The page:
Start simple, but measure so you can isolate and fix. I like to measure our work by 3 sets of metrics; Effort, Conversion and Results. Effort is self-explanatory, it’s the hygiene in any endeavor. If you don’t make enough calls, you won’t have enough sales. Results are standard in most management; how many sales or leads have we achieved today. Results metric tells you if you are heading in the right direction, but it doesn’t help you get to the right direction. Conversion metric does that. Instead of just number of leads and sales, we break our reporting into different milestones within the customer journey. We started with number of leads, reachable prospects, prospects qualified by chatbot, calls made, trial sign-up attempts, completed sign-up, invoice issued, invoice acknowledged and payment received. Breaking down your funnel into measurable component helps you:
- Focus your effort. If our sales figure dropped this week, instead of scratching our heads and pressuring our sales team with an ultimatum to deliver – we can identify and fix the problem. For example, if we realized the conversion rate between calls to trial sign-up – we can isolate the problem to either call script and sales training, or deficiencies in the sign-up page UI. We will run A/B tests on both.
- Predict and respond. Having a funnel metric set benchmark. Using past data, we can predict the required number of leads, phone calls, demos, trial sign-up, issued invoice to achieve a certain sales target. So if we realize in the middle of the month; given our current trial sign-up figures and speed is lesser than the required amount to achieve our sales target – we can quickly divert our effort to ramp up sign-up. This reduces the chance where we’ll be caught with our pants down during the month-end sales report. I hate surprises when it comes to scaling; I believe our sales and marketing ought to strive to be as explainable, predictable and repeatable as possible. Online-to-Offline (O2O) requires near-perfect alignment between sales and marketing. Everyone in our team knows what our lead decay (the maximum time a lead will wait to be contacted, before they lose interest), marketing knows sales team call speed, bandwidth and backlog. During peak days in the week, marketing will closely monitor call backlog, and reduce our ad spend so that we won’t generate excess leads.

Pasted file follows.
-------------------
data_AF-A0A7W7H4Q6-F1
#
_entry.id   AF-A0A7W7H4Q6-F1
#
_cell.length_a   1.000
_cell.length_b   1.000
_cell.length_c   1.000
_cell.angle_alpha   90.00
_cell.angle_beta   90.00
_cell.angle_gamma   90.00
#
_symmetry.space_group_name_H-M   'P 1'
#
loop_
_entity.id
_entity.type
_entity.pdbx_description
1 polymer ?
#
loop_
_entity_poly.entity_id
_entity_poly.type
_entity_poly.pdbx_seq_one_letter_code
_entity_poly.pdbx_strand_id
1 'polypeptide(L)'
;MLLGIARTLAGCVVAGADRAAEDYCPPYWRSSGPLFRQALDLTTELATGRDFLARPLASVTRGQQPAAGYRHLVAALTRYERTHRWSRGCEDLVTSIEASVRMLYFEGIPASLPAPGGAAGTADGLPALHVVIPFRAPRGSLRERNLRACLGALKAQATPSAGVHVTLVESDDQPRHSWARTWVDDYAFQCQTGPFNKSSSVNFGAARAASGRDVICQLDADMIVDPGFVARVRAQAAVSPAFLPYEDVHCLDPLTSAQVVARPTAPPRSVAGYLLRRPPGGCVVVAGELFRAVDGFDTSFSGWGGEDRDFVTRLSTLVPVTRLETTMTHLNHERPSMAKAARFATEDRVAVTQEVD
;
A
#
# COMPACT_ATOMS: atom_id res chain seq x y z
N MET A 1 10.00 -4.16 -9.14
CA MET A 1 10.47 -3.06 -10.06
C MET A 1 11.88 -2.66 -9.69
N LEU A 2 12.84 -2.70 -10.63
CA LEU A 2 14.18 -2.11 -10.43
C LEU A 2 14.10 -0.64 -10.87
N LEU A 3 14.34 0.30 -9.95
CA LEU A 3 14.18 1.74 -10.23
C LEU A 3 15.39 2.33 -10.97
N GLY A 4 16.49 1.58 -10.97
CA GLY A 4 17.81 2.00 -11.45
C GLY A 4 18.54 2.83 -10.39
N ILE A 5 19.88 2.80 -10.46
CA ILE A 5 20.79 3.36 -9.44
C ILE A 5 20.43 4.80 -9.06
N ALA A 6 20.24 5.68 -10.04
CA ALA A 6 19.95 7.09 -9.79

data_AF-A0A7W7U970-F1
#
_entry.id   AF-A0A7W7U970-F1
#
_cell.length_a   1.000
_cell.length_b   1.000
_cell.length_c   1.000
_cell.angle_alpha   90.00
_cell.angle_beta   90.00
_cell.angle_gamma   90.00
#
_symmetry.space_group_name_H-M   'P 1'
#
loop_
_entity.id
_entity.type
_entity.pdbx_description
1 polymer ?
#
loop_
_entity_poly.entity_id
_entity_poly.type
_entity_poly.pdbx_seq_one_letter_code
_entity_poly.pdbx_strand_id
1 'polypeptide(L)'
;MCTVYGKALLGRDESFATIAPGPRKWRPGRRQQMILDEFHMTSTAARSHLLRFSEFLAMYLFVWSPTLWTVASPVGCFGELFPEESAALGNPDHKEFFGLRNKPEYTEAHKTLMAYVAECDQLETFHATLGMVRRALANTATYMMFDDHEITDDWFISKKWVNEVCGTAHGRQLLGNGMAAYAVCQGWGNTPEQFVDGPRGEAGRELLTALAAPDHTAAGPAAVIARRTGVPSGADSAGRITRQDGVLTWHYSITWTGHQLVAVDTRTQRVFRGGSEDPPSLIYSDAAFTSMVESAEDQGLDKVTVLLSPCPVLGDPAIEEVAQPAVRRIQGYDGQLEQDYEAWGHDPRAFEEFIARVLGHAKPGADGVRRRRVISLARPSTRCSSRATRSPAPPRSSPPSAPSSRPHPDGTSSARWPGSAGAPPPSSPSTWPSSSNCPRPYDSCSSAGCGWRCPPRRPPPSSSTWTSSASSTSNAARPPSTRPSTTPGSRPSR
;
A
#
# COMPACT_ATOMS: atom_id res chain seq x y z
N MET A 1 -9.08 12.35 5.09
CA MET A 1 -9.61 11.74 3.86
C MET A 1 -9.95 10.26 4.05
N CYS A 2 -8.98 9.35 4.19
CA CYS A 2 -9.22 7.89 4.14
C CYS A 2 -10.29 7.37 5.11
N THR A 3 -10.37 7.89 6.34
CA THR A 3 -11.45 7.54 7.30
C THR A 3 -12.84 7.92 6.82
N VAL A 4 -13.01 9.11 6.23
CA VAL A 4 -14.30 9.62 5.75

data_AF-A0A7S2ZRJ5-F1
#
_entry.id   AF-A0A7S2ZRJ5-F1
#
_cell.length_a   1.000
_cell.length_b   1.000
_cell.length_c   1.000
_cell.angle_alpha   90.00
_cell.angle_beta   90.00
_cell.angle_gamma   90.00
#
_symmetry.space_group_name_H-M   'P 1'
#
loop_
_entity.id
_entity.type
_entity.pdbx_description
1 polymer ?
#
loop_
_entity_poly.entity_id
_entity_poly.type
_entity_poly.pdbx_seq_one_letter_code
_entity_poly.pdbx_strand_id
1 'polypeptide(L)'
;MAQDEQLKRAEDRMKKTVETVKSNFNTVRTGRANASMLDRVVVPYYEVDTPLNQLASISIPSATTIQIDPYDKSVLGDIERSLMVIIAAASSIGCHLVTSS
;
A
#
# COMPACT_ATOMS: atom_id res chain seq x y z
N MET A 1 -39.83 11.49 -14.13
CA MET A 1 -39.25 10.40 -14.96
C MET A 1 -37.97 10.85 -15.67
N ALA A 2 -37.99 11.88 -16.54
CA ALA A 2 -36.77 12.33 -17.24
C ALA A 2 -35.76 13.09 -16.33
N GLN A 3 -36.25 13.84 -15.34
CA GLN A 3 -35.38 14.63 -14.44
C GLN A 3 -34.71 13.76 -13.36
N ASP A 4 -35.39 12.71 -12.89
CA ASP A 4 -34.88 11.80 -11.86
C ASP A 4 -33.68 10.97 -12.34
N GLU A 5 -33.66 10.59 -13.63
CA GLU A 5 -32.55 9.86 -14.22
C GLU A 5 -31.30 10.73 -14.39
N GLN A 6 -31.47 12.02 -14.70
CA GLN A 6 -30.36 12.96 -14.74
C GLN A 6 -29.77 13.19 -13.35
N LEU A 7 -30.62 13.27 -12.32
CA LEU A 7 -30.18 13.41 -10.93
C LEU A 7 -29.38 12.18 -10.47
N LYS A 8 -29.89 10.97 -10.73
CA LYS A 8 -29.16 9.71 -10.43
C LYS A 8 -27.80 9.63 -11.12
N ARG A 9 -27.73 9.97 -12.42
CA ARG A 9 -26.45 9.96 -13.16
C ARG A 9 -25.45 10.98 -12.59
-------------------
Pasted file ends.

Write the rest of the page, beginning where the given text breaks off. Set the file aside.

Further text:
After a few iterations, we have expanded our reporting to include more phases and we have dropped a few irrelevant phases. Don’t be overwhelmed when you start, just include crucial phases where you have the ability to influence. Your curiosity will naturally refine the funnel as you fix leakages along the way.
5. Start planning to scale early
Start crafting your process flow and sales playbook from day 1. Keep it simple, you can gradually elaborate later. If you realize you’re repeating the same instructions, incorporate it into your training video. If a mistake occurs more than twice, find out the root cause and implement check & balances to monitor and prevent. If a task is repetitively done by multiple team members regularly, investigate if it can be feasibly automated. Right from the beginning, you have to imagine “what if I need to grow my team to 60-200 times?”. Prioritize the “how” and “why” over the results. The objective is to achieve predictable and consistent results. It’s better to have consistent, gradually increasing results which you can explain and control – than to depend on fluke and rockstar talent that can’t be replicated. Give credit to people and blame the process. If the call’s conversion rate dropped because of sales script deviation, fix the training and monitoring process. If the person can’t be trained, fix the hiring process. It’s a lot easier to scale and replicate a good process, finding and hiring good people is not that easy. While processes are important to scale, it’s crucial to not treat it as a religion. Changing processes is a lot easier than changing people, so have your process adapt to the people. Processes are meant to be flexible, chances are a lot of your flow will be scrapped as you obtain better clarity.
6. The cost of measuring should not exceed it’s benefit